This evening I take great pleasure in welcoming all of you to King’s House on this very special occasion, in honour of His Royal Highness Prince Henry of Wales.  In Jamaica most persons know him as Prince Harry but I can assure you that he is one and the same person.

We are really quite appreciative of the fact that Her Majesty The Queen, on the occasion of her Diamond Jubilee has chosen to make her presence felt in the Realm with Jamaica being one of the ports of call by one of whom we can say he is Prince of Jamaica.

Your Royal Highness, we are so pleased to have you here and Lady Allen and I are delighted to host you at King’s House. It is our hope that you will take back with you cherished memories of the legendary warmth and hospitality of the Jamaican people.

We join other countries of the Realm in celebrating and saluting Her Majesty for an illustrious reign that has been marked by peace and has fostered goodwill among nations and peoples.  We are further heartened that Her Majesty has seen it fit to continue the tradition of visiting  or sending members of the Royal family to the Realm territories during her significant celebrations, including  the Golden Jubilee in  2002.  It will therefore be our pleasure to be represented at Her Majesty’s Jubilee celebrations in London later this year.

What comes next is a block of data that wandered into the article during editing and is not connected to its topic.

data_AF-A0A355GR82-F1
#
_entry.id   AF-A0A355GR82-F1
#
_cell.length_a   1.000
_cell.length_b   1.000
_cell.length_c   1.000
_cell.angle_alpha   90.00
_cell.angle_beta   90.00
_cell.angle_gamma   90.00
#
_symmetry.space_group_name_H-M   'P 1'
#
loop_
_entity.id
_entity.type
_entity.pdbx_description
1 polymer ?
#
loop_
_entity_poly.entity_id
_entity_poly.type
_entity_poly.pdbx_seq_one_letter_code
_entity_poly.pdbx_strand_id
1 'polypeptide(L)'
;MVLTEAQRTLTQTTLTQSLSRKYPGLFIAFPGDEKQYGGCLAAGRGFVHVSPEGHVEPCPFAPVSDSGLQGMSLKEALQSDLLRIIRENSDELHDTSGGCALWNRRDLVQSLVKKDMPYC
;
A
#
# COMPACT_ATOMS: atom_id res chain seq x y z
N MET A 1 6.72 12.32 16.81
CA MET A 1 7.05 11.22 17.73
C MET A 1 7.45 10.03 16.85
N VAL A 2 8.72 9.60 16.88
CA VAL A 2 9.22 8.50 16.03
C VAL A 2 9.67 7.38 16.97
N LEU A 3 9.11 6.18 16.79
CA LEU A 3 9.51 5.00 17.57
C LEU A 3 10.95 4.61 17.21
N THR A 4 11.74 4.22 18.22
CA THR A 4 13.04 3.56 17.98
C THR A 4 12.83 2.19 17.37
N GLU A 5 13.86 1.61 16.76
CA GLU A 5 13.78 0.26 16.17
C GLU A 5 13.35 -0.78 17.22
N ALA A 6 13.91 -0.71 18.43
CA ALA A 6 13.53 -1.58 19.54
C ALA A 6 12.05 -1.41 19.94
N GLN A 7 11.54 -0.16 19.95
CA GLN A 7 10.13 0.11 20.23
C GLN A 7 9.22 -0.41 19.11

Your Royal Highness,

Permit me to share a little of the relationship between Jamaica and the British Royal Family over the years, that has affirmed our view that Jamaica has a special place in their hearts, as they do in ours.  I refer in this instance to a consistent pattern of Royal visits during the celebration of milestones in the history of our Island State.

In reflecting on the early years before Jamaica gained Independence in 1962, we recall with pride that it was the late Princess Alice, the first Chancellor of the University of the West Indies, who established the Chapel at the then University College.  The building which was a defunct sugar factory in Trelawny was relocated stone by stone to its present location at Mona at the request of Princess Alice.  She served as Chancellor from 1948 until 1971.

Since Independence, Jamaica has had the further honour of having Her Majesty preside over the Opening of Parliament on two occasions, in addition to her previous visits.  In recent years, the Prince of Wales Trust, under the Patronage of your father – the Prince of Wales, has paid special attention to Jamaica through funding of the Rose Town Regeneration Programme.  Prince Charles has made several visits to further the work of this charity, the initiatives of which have targetedurban renewal; improvement of local governance; skills training, entrepreneurship and job creation, among others.

On a visit to Jamaica last year in her role as President of the Caribbean Canada Emerging Leaders Dialogue, the Princess Royal presented awards to Gold Medal winners of the Duke of Edinburgh Award.   Jamaica is proud of its involvement in this programme and welcomes the opportunity young people have for personal growth.